It was after this attack that the protestors gained access to the rugby field. And Stephen Grootes they were not there to protest against Afrikaans or the Afrikaans language as you allege, they were there to support the workers demands for insourcing and to demand the reinstatement of Trevor Shaku. Why would you then even try and make this out to be an anti-Afrikaans protest when it was not and then go even further to state that the symbolism of this can’t be missed (Blacks protesting against Afrikaans being attacked by Afrikaans speaking spectators)?

And no Pieter Bosch Botha the protestors were not all peaceful as you argue as evidenced by the leader attacking the White women minutes before the field invasion. The same leader who you acknowledged  made use of his weapon of attack, the megaphone to declare “Comrades, we are not here to fight”. According to you this was a clear declaration of their peaceful intentions, noble intentions that the Afrikaans players and spectators perceived as a provocation. Really now?

And why the reference to Afrikaans players? All the players involved in the rugby match left the field according to eyewitnesses and did not take part in the fracas. Also to my knowledge, the teams of both the UFS and NMMU Madibaz included many persons of colour and non-Afrikaans speaking  rugby players. Why like Sisonke Msimang and Stephen Grootes do you want to make this out to be an Afrikaans incident? Seems to me like it suit your questionable agendas to argue thus.

The peaceful intentions of the protestors can further be questioned by the fact that at least one of them was armed. When news of the fracas surfaced one of the first witness accounts were from a reporter of SA Rugby Magazine who stated that some of the protestors who invaded the rugby field were armed.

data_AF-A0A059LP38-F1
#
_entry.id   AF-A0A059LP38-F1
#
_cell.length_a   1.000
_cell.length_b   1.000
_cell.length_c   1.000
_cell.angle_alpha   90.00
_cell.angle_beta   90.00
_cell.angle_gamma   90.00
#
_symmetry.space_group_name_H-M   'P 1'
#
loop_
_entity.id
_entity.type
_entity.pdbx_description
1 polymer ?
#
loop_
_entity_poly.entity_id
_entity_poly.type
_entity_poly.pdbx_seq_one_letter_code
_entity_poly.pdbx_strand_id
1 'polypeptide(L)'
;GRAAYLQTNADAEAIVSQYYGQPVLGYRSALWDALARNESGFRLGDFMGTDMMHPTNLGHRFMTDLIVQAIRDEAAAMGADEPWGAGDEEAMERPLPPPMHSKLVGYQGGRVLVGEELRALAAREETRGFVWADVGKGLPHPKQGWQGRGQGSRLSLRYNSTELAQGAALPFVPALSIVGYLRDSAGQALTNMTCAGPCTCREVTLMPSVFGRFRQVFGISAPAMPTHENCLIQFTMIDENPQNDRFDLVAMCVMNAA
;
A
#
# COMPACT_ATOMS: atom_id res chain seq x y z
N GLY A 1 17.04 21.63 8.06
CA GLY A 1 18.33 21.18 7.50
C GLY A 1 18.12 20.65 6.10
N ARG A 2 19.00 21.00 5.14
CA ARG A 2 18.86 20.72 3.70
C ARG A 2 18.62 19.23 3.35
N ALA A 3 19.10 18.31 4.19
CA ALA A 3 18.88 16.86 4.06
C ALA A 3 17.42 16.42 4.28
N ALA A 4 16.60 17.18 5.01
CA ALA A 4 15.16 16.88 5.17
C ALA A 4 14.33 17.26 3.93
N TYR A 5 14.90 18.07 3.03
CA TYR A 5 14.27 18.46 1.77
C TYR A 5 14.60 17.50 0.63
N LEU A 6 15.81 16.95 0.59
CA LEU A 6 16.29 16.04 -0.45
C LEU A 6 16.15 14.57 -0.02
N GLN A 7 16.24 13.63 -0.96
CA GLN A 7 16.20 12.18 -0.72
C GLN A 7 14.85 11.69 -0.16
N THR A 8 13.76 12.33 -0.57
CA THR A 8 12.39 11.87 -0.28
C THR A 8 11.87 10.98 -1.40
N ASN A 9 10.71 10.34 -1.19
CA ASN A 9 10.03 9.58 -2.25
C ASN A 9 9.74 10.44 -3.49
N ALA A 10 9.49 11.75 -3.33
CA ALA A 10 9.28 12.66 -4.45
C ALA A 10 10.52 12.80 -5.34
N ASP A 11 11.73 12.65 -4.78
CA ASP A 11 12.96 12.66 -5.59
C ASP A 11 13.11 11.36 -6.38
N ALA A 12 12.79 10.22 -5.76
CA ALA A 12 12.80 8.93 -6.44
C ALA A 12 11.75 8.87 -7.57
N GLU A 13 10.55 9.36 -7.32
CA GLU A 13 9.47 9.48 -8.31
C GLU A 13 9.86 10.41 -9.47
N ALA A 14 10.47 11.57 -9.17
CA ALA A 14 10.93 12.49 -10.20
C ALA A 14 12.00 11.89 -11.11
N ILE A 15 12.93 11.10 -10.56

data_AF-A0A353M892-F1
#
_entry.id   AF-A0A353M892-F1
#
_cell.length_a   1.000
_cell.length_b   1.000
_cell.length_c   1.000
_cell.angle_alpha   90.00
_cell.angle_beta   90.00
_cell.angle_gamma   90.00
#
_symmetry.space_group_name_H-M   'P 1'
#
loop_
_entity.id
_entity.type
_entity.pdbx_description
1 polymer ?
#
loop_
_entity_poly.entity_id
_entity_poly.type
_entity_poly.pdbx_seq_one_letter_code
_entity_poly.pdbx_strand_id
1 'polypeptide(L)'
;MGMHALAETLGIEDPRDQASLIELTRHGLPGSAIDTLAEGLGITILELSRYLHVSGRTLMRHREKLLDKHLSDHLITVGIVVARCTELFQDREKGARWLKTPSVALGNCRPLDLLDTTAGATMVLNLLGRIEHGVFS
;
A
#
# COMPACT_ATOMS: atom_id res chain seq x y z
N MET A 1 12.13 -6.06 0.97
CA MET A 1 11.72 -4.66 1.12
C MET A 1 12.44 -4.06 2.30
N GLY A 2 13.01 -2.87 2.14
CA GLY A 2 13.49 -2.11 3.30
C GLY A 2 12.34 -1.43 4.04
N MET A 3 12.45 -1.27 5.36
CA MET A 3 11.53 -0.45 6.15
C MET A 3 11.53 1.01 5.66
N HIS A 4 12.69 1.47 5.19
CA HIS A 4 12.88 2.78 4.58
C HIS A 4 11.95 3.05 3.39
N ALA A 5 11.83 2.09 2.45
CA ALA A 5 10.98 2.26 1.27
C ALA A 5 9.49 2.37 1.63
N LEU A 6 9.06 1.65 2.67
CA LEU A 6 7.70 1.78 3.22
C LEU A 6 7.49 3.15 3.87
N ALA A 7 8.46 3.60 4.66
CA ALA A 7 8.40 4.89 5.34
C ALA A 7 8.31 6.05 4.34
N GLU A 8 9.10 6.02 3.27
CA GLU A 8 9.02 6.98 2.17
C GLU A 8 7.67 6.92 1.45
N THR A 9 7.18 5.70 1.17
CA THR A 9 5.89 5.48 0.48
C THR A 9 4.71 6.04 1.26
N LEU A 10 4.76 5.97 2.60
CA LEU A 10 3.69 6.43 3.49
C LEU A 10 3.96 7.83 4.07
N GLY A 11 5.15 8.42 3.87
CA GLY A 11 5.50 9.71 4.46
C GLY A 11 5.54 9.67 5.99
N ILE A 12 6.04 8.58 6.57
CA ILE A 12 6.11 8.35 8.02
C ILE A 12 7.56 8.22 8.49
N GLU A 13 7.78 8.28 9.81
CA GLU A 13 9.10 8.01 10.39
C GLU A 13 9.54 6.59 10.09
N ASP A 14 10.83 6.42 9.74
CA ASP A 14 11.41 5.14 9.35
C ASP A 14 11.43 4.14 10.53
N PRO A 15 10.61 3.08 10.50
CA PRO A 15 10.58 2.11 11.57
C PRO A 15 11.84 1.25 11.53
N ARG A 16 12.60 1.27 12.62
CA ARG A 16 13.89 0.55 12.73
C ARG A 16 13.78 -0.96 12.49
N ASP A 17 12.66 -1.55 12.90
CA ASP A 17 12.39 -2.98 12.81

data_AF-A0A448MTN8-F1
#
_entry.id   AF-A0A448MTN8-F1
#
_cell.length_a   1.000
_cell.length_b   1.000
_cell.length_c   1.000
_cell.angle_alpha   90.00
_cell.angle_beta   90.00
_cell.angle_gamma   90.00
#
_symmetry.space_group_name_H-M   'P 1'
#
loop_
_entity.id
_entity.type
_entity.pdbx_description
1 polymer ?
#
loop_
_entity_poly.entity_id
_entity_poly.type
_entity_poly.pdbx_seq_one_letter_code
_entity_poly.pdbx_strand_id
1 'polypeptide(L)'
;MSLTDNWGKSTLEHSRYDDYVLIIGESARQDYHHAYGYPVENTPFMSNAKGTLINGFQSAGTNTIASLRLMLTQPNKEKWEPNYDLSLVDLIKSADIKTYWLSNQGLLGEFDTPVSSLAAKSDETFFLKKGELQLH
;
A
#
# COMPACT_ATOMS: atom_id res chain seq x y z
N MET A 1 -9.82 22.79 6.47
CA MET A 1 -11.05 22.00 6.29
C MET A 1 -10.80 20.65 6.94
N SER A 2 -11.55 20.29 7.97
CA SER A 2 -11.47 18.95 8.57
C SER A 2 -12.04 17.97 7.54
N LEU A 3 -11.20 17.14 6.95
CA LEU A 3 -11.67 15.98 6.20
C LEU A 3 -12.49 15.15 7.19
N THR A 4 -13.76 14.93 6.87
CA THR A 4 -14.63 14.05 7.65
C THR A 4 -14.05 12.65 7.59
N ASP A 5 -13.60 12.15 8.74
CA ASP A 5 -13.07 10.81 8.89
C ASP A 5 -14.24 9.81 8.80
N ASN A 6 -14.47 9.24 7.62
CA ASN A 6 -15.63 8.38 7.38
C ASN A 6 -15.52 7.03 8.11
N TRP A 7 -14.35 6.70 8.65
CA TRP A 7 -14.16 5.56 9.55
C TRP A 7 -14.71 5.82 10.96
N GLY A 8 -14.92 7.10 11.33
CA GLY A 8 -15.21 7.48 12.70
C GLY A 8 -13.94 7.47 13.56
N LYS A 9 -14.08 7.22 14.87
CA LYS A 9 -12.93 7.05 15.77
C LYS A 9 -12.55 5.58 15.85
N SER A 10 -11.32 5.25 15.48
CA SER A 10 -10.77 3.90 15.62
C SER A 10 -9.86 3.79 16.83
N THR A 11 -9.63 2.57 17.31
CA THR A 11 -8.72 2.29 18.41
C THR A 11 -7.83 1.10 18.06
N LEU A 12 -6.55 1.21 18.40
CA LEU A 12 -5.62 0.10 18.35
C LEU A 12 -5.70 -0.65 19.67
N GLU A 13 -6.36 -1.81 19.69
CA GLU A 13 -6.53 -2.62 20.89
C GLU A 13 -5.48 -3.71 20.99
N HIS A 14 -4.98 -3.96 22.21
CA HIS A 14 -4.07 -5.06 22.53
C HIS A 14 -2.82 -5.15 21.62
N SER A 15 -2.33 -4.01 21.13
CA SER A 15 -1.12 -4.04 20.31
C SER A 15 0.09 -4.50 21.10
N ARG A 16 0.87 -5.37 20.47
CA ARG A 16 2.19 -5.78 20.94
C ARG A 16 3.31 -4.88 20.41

Pictures extracted from videos of the incident support this report by clearly showing one protestors dressed in red pulling a knife. This seems to be the main tipping point as just after he did so, the spectators decided to invade the rugby field, as is evidenced by the video footage. I’m also sure that by this stage many of the spectators were aware of the earlier attack on the White women and when seeing the knife being pulled might have decided to invade the pitch to protect the few spectators that was then talking to the protest leaders. This is however speculation and does NOT excuse those few that then acted out violently by attacking some of the protestors.

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When news of the fracas first broke I immediately went onto twitter to see what I could find out. I was immediately struck by a number of tweets earlier that Monday which alluded to the brewing trouble on the University of the Free State campus. One Black twitter user was very upset that she was taken to task by the protestors for playing netball with fellow White students and for being intimidated to join the protest. Another Black twitter user complained about being pulled out of the library and forced to join the protests.

But perhaps the most telling tweet of the day was from a Black twitter user who must have witnessed the rugby field invasion and fracas and who tweeted that the incident was not about racism and that a certain comrade must take all the blame for what happened as he provoked people. Perhaps the same leader with the megaphone who knows?

It is clear from the aforementioned that what occurred on the day at the University of the Free State on a rugby field did not happen in a vacuum and was preceded by many other incidents all that contributed to the fracas. Not so according to the above columnist who chose to remain ignorant and largely blame only one side for the events.